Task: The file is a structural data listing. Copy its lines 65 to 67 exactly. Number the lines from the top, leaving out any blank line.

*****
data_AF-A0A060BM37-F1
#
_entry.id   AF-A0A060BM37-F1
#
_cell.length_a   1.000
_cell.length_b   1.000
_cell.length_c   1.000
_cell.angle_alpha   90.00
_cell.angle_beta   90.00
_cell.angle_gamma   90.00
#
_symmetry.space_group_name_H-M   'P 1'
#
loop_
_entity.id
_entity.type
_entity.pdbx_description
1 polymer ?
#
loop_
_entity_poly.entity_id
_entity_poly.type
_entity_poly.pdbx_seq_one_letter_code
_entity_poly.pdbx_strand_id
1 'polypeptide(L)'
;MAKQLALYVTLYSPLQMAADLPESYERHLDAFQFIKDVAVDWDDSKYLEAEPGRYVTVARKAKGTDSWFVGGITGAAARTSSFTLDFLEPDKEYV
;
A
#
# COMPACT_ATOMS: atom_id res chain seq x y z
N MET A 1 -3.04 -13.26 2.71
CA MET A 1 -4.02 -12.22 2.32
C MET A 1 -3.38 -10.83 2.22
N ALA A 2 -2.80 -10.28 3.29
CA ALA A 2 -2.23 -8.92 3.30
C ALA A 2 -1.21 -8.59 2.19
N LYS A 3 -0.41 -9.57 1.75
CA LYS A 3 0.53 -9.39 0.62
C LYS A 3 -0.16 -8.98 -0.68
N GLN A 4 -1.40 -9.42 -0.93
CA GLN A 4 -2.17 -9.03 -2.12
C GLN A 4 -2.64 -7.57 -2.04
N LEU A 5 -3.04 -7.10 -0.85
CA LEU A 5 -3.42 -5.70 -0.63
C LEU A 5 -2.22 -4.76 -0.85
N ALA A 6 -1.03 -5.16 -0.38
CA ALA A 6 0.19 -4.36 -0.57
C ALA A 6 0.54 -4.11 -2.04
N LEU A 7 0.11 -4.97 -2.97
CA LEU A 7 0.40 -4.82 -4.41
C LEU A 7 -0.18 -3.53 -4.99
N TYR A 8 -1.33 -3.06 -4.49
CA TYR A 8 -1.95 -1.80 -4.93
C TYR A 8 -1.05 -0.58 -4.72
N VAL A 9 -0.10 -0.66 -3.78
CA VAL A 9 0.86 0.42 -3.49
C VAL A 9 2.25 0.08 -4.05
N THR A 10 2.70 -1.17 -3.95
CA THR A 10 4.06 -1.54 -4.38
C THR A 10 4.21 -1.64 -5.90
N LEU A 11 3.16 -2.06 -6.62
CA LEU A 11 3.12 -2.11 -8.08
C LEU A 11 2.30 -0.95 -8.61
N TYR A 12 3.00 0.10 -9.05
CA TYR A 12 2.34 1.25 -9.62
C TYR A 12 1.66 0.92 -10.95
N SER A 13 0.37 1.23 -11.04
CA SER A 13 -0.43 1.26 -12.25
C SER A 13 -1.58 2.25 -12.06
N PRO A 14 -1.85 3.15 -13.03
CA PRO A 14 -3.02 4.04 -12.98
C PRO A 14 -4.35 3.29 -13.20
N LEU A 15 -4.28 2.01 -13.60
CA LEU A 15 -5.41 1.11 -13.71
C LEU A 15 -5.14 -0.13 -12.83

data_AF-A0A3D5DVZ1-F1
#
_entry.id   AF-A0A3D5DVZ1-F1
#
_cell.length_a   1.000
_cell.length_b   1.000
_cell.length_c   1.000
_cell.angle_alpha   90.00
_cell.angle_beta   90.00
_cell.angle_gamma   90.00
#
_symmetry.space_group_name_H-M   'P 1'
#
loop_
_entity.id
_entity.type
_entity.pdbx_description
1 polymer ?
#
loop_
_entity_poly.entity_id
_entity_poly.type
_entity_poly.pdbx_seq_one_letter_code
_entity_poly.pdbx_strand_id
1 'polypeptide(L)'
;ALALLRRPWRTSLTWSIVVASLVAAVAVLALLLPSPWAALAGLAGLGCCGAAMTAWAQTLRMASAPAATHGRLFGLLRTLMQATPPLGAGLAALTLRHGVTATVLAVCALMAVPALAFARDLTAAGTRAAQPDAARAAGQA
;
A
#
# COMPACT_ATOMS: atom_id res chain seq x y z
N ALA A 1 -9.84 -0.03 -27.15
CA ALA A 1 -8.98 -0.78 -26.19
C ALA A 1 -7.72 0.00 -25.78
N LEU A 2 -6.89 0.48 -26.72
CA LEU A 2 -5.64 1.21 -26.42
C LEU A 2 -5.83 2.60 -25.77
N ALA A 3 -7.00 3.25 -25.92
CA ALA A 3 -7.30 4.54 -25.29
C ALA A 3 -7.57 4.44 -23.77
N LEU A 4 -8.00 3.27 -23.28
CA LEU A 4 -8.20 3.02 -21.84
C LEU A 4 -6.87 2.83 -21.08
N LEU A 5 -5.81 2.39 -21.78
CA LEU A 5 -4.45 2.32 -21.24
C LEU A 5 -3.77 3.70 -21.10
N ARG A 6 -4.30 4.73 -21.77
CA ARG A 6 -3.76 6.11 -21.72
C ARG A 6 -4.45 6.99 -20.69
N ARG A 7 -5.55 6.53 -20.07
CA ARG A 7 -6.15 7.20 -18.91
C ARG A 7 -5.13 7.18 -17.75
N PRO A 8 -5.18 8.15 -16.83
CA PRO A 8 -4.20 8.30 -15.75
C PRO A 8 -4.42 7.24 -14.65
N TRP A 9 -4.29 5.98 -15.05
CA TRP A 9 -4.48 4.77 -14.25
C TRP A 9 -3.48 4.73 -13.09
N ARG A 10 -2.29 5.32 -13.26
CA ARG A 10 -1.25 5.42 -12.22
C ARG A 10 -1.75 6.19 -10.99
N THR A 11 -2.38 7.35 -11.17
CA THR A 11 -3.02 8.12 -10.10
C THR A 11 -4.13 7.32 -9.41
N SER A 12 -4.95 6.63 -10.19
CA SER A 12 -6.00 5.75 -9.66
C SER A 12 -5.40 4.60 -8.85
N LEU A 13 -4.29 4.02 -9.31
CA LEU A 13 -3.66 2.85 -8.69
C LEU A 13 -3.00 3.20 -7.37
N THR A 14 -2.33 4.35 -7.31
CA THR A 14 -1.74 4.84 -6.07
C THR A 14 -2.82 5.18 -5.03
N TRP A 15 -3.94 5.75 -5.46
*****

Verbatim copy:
CA TYR A 12 2.34 1.25 -9.62
C TYR A 12 1.66 0.92 -10.95
N SER A 13 0.37 1.23 -11.04